U.S. Congress Gets its Teeth into Cookies

WASHINGTON (05/23/2000) - There was slight irritation in Senator Bill Frist's voice when he asked the president of Doubleclick Inc. about "cookies" during a discussion of privacy at the U.S. Capitol last month.

"Do I have cookies?" the Tennessee Republican probed, sounding more like a confused baker than a U.S. senator when the topic turned to the small lines of code placed on Web surfers' computers as they roam from site to site.

Kevin Ryan, whose company depends at least in part on those cookies to build profiles of customers for advertisers, told the senator there were potentially thousands of sites that had placed a cookie on his browser.

"Can I ask one more question?" Frist implored after hearing Ryan's explanation.

"How do I turn it off?"

The information Frist sought was fairly basic, and Ryan advised him about how to change the settings on his PC so it would no longer accept cookies. But the question highlighted a growing debate in Washington about what Congress and U.S. President Bill Clinton's administration should do, if anything, to strengthen the country's privacy protection laws.

The discussion in which Frist and Ryan took part was sponsored by The Forum on Technology & Innovation, an informal organization set up by Frist and a fellow senator. It was a standing-room-only event, and will be followed by two similar sessions planned by the forum for congressional members who are busy drafting and redrafting a handful of privacy bills now pending in the Congress.

Whether the forum's work will be rewarded with a presidential signature on any of the proposed bills is dubious during the current session of Congress. But as Web surfers become savvier and shift into a "there-oughtta-be-a-law" mood about the amount of information collected about them on the Web, privacy advocates are betting that politicians will want to grab this topic and run with it.

Just a few weeks ago Clinton raised the privacy issue with a proposal to make it harder for companies to share information about consumers' medical records, spending habits and other personal information. "We can't let breakthroughs in technology break down the walls of privacy," the president said, noting that an individual's buying habits can now be sorted and tracked easily by computers.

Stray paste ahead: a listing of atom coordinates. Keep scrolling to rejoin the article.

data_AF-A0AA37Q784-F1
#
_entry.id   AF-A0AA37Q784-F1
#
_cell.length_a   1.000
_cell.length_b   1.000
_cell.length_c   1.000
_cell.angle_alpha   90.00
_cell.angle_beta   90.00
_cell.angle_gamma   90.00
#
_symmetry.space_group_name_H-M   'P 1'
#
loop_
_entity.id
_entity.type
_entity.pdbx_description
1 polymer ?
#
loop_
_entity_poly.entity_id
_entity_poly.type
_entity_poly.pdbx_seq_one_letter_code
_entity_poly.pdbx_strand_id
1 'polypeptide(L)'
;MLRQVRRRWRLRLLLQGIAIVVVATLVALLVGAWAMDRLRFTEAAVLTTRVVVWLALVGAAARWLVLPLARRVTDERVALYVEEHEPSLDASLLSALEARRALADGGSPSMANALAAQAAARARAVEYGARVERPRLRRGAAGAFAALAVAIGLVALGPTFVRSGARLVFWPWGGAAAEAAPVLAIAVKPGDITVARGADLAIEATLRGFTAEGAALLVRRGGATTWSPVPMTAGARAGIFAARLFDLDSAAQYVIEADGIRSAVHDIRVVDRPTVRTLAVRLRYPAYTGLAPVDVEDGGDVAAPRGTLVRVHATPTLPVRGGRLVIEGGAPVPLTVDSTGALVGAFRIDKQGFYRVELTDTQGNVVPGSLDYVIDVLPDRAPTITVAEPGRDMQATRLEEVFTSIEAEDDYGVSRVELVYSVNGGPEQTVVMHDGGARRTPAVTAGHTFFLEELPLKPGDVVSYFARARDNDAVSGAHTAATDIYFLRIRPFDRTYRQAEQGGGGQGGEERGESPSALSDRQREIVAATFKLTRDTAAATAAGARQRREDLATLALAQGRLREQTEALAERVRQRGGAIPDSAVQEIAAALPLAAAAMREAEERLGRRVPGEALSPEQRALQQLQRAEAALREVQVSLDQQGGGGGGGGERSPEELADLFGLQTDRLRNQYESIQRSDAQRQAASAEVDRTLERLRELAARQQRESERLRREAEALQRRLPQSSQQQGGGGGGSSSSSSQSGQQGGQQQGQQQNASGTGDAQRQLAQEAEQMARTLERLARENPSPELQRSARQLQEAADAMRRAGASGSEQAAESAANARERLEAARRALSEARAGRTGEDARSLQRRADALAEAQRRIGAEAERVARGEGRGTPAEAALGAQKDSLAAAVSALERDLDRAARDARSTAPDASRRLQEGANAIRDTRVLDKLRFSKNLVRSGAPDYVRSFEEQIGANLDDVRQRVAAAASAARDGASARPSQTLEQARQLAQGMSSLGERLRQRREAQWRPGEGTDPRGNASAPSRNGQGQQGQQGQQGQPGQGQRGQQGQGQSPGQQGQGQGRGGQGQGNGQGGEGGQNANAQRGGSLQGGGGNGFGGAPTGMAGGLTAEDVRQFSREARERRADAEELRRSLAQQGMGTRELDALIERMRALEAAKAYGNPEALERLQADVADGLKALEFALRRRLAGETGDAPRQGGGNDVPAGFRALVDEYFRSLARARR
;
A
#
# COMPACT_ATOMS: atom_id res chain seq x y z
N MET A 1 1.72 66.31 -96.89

Of the privacy bills Congress is considering, Asa Hutchinson, a Republican from Arkansas, and Jim Moran, a Democrat from Virginia, introduced a proposal in March citing Americans' overwhelming concern about the perceived erosion of privacy. But their legislation has been nicknamed "the privacy procrastination bill" because a commission that it would establish to study the issue would be given 18 months to produce its report.

The consensus is that with the possible exception of the president's proposal, there won't be any major privacy legislation passed during the current session of Congress. Everyone is aware that something needs to be done, one lobbyist said, but it's a question of how to pass a bill without causing harm to businesses and consumers, especially when so much of the economy depends on the sharing of information.

Other obstacles to passing new privacy laws may have less to do with national policy and more to do with those who set them. The lobbyists themselves concede that few members of Congress fully understand the privacy issue and the complex technologies at its core. Others wonder how well U.S. politicians, who surrender so much of their personal privacy to the media when they take office, can grasp the concept at all.

Throw in the U.S. Constitution's cherished freedom of speech provisions, the limitations on the federal government's authority to regulate states, and the expense of implementing privacy laws, and it's clear that Congress has it's work cut out.

Privacy advocates remain optimistic, however, and signs indicate that the topic is destined to join a growing list of technology-related issues that politicians in Washington will wrestle with and use in their campaigns over the coming years. Like cookies, it seems, the privacy debate has a certain irresistibility about it.

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